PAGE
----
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Am J Phys Anthropol. 2006 Sep;131(1):127-36.

Craniofacial dimensions in children in rural Oaxaca, southern Mexico: secular change, 1968-2000.

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  • 1Department of Mathematics, Physics, and Engineering, Tarleton State University, Stephenville, Texas 76402, USA.


The objective of this investigation was to analyze the underlying cause(s) of secular changes in craniofacial dimensions among indigenous children in an isolated community in Oaxaca, southern Mexico, between 1968-2000. Subjects were schoolchildren resident in a rural, agrarian, Zapotec-speaking community in the Valley of Oaxaca, previously characterized as mildly-to-moderately undernourished with growth-stunting in 1968 and 1978. In 2000, children had experienced a secular increase in height compared with two prior growth surveys. Four craniofacial dimensions (head length, head breadth, and bizygomatic and bigonial breadths) were measured during anthropometric surveys of schoolchildren aged 6-13 years in 1968, 1978, and 2000. Cephalic and zygomandibular indices were calculated. Samples by survey were: 1968, 151 males and 157 females; 1978, 179 males and 184 females; and 2000, 180 males and 186 females. The analysis was based on a total of 1,037 children. Multivariate analysis of covariance was used to assess secular trend effects, with height, age, and age2 as covariates by sex. Over the interval of 32 years, significant secular changes occurred in craniofacial dimensions and one index: 1) head length was shorter in boys and girls; 2) bizygomatic breadth was narrower in boys and girls; 3) head breadth increased over time only among girls; 4) brachycephalization increased significantly in a linear manner among both sexes; and 5) the zygomandibular index decreased significantly only in boys. Thus, the cranial complex remodeled to a shorter head length, both relatively (brachycephalization) and absolutely. Remodeling over time also resulted in a narrower face, with the midface changing at about the same rate as the lower face (i.e., mandible). Secular changes are generally recognized as multifactorial. Changes in the cephalic index and cranium over time in schoolchildren in an isolated rural agrarian Zapotec-speaking community in the Valley of Oaxaca suggest that the underlying forces for the secular change are associated: 1) decreased food (maize) coarseness or grit content (masticatory stress), and 2) relaxed natural selection, resulting in 3) a greater role for developmental plasticity.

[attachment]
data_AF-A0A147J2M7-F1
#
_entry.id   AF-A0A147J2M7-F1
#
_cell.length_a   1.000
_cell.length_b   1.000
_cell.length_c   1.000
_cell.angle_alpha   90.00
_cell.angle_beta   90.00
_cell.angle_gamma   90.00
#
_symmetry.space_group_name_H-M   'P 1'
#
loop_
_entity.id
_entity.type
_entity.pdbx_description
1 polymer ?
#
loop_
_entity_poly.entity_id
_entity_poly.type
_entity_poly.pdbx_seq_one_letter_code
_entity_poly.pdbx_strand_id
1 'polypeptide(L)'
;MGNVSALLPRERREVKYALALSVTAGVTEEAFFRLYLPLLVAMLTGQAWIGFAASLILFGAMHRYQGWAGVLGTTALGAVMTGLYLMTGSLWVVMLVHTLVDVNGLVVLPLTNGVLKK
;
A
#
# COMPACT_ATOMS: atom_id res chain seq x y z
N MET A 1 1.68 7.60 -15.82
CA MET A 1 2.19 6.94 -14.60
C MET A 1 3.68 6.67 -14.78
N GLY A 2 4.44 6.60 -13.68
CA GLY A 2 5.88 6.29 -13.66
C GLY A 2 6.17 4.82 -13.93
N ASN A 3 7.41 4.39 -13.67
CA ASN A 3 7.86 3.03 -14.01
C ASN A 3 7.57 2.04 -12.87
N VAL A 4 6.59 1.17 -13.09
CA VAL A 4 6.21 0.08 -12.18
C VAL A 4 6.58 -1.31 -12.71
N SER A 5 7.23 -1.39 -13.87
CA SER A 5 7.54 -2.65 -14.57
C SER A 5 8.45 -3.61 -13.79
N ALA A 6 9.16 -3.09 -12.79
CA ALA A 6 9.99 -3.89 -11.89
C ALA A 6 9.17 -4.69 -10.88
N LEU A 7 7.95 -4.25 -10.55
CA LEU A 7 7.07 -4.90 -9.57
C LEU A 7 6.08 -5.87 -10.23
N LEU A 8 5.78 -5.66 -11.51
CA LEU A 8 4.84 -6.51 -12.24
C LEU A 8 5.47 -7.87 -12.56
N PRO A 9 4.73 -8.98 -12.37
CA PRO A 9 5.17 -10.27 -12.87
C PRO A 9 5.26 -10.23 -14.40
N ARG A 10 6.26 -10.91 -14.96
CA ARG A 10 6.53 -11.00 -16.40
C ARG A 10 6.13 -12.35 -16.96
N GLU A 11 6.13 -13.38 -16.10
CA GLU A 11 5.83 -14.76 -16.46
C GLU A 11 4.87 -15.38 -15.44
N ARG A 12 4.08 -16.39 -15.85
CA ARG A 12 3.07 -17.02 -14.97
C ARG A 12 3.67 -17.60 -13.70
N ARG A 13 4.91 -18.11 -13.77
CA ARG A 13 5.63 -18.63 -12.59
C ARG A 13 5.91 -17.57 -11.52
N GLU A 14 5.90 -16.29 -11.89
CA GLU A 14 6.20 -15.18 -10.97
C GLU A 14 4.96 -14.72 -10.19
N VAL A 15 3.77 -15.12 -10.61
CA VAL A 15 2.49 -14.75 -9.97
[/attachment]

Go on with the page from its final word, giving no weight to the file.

2006 Wiley-Liss, Inc.

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